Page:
Search form

In Search of the Perfect Pencil: Glen Keane and ‘Duet’

The legendary animator talks in-depth about bringing hand-drawn animation to the virtual world of Motorola’s advanced mobile phone.

Multiplex movie screens may be growing larger and studios have abandoned classic 2D animation in favor of CGI, but one veteran Disney animator/character designer is going back to the past - and forward to the future at the same time. After 37 years Glen Keane left Disney to, as he put it at the time “answer [animation’s] siren call to step out” and explore the “endless new territories” made possible by modern computer technology.

That siren’s call led him to Google’s (formerly Motorola’s) Advanced Technology and Projects Group (ATAP) where he created Duet, a three minute and 43 second short exploring the dreams and imagination of two young children. The short was designed to demonstrate the ability of Motorola’s advanced mobile phones to explore a borderless virtual world on the other side of the phone’s screen, as if the screen was a window - a very small window - into that world and moving that “window” about allowed one to see action taking place elsewhere in that world…maybe I’d better let Glen explain things himself…

What first attracted you to this new medium?

I was at Disney for nearly 40 years when something like a bell went off. I felt I had to do something new, but I didn’t know what it was. Ed Catmull [Pixar’s co-founder and current President of both the Disney and Pixar animation studios] asked me “what you want to do?” “I don’t know,” I told him, “I just want to live without walls.” I was talking about my life; I didn’t realize I almost meant the creative, actual act of animating, animating without walls - that’s what this is.

There are no edges [to the frame, because there is no “frame” containing the animation]. Even though I’m still animating on a piece of paper, you have the freedom of being able to move anywhere up, down, at any angle at any time. Even if a character leaves [the phone’s window] they don’t leave, they continue to exist, which is actually closer to the way I think about animating anyway: If Ariel goes offscreen she doesn’t stop [existing]. I still see her in my mind, she’s still out there, she’s still moving.

I had dinner with a couple of buddies. One was telling me about - this was after I left Disney - something they were doing up at Google. “I can’t really explain it, you’ve got to see it.” So I was invited up there and they showed me this little device with animation Jan Pinkava [director of the Pixar short Geri’s Game] was doing, Windy Day. There was animation you could follow and I thought at first “this is a tiny screen, I want a big screen.” Then I realized it’s not a tiny screen, it’s a big screen – it’s a window to potentially the largest screen possible, in this infinite world.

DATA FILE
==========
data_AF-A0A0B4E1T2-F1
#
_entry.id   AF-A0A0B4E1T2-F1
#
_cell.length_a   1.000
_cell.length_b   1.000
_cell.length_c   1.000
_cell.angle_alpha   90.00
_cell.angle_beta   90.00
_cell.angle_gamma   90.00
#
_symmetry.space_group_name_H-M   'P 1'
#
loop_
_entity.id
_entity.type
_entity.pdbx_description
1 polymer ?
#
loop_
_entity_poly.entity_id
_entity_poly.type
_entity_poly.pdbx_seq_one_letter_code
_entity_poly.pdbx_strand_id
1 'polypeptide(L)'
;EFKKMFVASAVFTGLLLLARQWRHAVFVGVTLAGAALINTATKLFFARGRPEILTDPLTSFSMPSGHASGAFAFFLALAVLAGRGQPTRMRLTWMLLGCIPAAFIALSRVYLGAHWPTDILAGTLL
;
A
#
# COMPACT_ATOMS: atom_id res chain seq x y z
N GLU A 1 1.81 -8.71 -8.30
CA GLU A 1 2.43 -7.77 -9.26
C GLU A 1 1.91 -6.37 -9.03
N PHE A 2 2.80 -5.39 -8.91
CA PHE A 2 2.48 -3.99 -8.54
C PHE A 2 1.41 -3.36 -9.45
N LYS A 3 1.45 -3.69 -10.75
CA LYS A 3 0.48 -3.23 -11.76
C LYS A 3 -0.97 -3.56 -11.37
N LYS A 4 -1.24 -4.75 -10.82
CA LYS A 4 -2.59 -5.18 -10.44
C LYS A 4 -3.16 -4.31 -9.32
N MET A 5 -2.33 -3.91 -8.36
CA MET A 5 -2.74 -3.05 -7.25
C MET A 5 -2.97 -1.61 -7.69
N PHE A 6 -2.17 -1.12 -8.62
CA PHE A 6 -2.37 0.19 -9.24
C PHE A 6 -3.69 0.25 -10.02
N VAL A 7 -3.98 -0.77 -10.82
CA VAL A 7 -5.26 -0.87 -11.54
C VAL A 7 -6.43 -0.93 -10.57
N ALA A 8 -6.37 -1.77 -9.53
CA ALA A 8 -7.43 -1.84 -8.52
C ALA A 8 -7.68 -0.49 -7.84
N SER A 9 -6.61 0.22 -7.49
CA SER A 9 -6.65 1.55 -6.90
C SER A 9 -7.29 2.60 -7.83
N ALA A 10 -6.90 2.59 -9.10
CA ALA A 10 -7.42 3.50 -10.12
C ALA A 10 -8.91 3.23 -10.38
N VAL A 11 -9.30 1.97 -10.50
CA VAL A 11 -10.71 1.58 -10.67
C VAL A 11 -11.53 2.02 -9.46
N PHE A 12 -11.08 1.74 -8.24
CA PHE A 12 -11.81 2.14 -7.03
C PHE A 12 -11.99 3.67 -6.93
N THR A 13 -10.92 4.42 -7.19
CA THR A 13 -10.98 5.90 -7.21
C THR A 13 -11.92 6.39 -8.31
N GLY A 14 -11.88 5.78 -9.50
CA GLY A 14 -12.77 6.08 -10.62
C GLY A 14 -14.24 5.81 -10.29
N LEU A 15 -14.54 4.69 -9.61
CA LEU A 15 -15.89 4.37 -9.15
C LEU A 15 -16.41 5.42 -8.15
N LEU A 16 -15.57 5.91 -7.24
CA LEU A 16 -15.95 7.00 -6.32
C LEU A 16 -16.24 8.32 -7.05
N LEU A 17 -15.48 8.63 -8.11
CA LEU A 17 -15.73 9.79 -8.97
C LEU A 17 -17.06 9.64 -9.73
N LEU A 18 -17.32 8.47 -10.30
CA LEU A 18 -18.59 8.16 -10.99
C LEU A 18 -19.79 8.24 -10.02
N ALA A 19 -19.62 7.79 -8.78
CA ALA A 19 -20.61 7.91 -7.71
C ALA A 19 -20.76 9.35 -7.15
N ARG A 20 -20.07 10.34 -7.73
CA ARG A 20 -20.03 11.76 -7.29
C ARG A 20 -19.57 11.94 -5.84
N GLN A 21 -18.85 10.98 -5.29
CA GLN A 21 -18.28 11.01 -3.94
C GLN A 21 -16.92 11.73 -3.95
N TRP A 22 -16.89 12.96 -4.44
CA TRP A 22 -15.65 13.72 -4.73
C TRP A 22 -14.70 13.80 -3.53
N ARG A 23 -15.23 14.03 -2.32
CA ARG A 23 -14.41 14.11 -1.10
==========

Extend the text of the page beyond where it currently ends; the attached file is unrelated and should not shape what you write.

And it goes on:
[ATAP head] Regina Dugan said “I just want you to make something beautiful and emotional with this.”

“What’s the catch?”

“There is no catch, I just want you to push yourself creatively and emotionally and that will push us technologically.”

These are all things I wanted to try, I had no idea it was going to be this…boundary-less world of animation.

[The two characters - Mia and Tosh - are often not together onscreen; the person holding the device has to move it in space to locate the other character elsewhere in the virtual world they occupy. The animation can be viewed on YouTube at http://tinyurl.com/n6tg655 that unfortunately can’t convey the phone’s ability to follow them about their environment.]

Did you know Mia and Tosh would have this separation or did that come later?

No one had done hand-drawn animation in that kind of environment before. You’re really still limited working on that piece of paper. That was difficult - what happens when I’m animating a character and I know he’s moving and the audience will be doing this [Glen mimics someone moving the device trying to locate the character] and they’re going to eventually find the character the other side. How do you work the timing, how do you work the pacing when both characters are moving at different speeds? How do you predict it? What if the audience decides they just want to look at this other character? Am I going to lose this story?

I had this real fear of people feeling unfulfilled, the story broke for them because they made [the wrong] choice. There was a real sense of responsibility. The will of the viewer was constantly on my mind; I never had that sense [when I was working in conventional animation]. If I was animating Tosh running over here and little Mia was over there, there was a certain point I could feel in my gut: the curiosity of the audience - what’s the other one doing?”

I figured they were going to go over and see her. I allowed for moments when you would go and discover the other character. It was more of a feeling that instead of controlling the camera you were coaxing the audience - like a magician talking and looking at you; you’re naturally going to be looking at his hand, but he’s doing something over here and you don’t know. It’s much more a sleight of hand than an illusion.